of the Civil Service approach which will be more of educated and
helpful advice for the Secretary of State than advice from a body
such as OFCOM. However, at the moment when you are really both
arguing for deregulation and leaving it to the operation of the
market regulator, it is rather curious to find Trinity arguing
so passionately for an active role for the Secretary of State
in all this. With the new Enterprise Bill and so on here is the
Secretary of State I think trying to disengage from a lot of these
activities and I am not sure she will be entirely pleased to discover
you want her so deeply and actively involved in all these decisions.
Why this sudden surprising love-in with the Secretary of State?
Are you trying to get something out of it? What is it all about?
(Mr Graf) Of course we are not. I think our point
has been very clear. As with Associated Newspapers, DMGT and with
News International, we are of the view that this whole process
should be better left to competition law. We accept, however,
that this is not likely to happen: we are simply therefore looking,
within this context, for the best process we can get and we believe
it is much more preferable, clearer, and simpler. Again I draw
your attention to the diagram in the appendices which I think
illustrates it beautifullyone page presently, two pages
in future. So much for deregulation. Therefore, you know, from
that point of view we see a clarity, a simplicity, a direct line.
If this is going to be a matter of public interest then there
is a direct accountable line to the Secretary of State. We do
not always agree, dare I say it, with what we find from the DTI
civil servants but we respect their knowledge, their rigour and
approach, and their impartiality.
904. Perhaps you are better able to bully and
chase the Secretary of State than the independent commission?
(Mr Graf) I think that that overstates our ability
and understates the rigour of the Civil Service in this particular
matter and I have to say that this process we know, because we
have been through it a number of times, is a process which is
a very much a process conducted in a regulatory environment within
the Civil Service and operates in that manner.
905. From Miss Clark's comments on competition
law and your own references to competition law, can the Committee
take it you are both against, even in principle, the Secretary
of State having the power to apply an extended public interest
test to newspaper mergers?
(Ms Clark) I think our comments on this latest document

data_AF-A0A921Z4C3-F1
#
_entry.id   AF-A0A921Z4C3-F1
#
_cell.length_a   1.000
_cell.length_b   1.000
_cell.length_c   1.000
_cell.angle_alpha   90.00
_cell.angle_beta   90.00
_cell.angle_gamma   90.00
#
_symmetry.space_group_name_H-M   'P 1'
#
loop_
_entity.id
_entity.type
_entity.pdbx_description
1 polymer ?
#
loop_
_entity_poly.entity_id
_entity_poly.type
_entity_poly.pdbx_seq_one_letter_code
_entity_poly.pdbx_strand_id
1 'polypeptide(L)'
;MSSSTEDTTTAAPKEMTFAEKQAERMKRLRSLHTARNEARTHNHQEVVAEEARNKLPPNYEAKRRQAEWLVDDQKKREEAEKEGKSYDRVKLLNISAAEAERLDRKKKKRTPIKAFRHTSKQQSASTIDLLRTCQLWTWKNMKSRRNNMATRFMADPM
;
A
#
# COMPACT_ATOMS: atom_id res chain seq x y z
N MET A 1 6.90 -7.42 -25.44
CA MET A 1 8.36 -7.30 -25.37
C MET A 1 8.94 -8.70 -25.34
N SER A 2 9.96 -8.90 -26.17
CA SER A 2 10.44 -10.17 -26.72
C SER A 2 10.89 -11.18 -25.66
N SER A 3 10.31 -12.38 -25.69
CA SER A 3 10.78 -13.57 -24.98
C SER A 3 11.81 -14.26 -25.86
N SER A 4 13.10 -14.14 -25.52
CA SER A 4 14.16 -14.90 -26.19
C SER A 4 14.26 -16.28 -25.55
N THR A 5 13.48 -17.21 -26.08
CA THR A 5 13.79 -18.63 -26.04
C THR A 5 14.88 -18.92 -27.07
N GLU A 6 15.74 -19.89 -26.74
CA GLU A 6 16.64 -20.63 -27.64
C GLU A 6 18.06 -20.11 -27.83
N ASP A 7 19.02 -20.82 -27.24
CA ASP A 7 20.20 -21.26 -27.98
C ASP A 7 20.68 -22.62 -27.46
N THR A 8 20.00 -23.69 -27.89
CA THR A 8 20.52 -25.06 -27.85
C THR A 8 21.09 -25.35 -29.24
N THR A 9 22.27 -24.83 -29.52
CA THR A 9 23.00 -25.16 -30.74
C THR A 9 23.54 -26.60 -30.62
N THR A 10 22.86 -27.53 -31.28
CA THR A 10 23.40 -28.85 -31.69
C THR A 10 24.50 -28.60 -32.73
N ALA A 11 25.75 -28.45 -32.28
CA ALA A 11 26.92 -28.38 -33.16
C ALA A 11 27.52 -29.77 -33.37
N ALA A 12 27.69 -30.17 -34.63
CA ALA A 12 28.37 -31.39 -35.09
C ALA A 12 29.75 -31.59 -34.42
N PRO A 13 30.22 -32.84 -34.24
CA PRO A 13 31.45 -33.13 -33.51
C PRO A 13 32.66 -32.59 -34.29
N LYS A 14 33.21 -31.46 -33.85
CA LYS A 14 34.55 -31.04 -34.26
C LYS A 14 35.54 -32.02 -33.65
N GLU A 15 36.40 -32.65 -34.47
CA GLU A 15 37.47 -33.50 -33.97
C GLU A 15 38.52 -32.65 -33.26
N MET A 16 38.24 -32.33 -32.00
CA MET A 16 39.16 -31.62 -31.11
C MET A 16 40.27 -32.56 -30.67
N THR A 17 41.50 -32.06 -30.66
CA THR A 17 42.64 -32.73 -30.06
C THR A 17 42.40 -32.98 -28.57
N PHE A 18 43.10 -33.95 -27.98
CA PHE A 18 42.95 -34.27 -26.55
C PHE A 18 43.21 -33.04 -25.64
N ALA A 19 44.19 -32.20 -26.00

that came out last night we will have to come back in more detail
to you on. I was interested to see that this was published at
the request of the Committee. We still do not have the clauses,
as you pointed out earlier. This is a very technical, detailed
area and we are very grateful the Committee requested it because
there is some concern about when we were going to see this, and
as soon as we have digested it we will come back in writing with
some comments, if that is okay with you.
(Mr Graf) Again, we have made our position clear:
that we would prefer not to be involved but we probably accept
there is involvement. In the context of the particular involvement
that is laid out in the document, News International and others
would like to come back to you on that when we have had a chance
to really digest its implications.
906. As long as it is fairly promptly.
(Mr Graf) Absolutely.
907. In the meantime, have you thought of publishing
this graph at the back in time for the Christmas games market,
because anybody that can find their way through can make quite
(Mr Graf) It is tempting!
908. My question arises from Trinity Mirror's
evidence on radio ownership rules because we have had a variety
of advice from different organisations. The Commercial Radio Association,
having initially endorsed the three plus one local radio rule
wants to remove that now. We have had a small radio operator,
Saga, saying that three plus one gives them a chance to get into
the market, and your position is interesting and I would like
you to expand upon it. You, I think, endorse two plus one. Is
that pragmatic or, in principle, do you think there should be
that additional safeguard? Does it depend, for example, on the
different size of the market? I think three plus one in London
would allow you to own seven FM stations but in a rural market
might have very different effects.
(Mr Graf) Our thoughts come from the position that
at present, in effect, and this is more to do with cross media
ownership than pure radio ownership, the environment is such that
there is a two plus one in the commercial sector that applies
to local newspapers, and we just again find it slightly odd that
here we are going backwards in a situation. Reference has been
made earlier today to the fact that local commercial radio is
about entertainment; the news provision, the speech provision;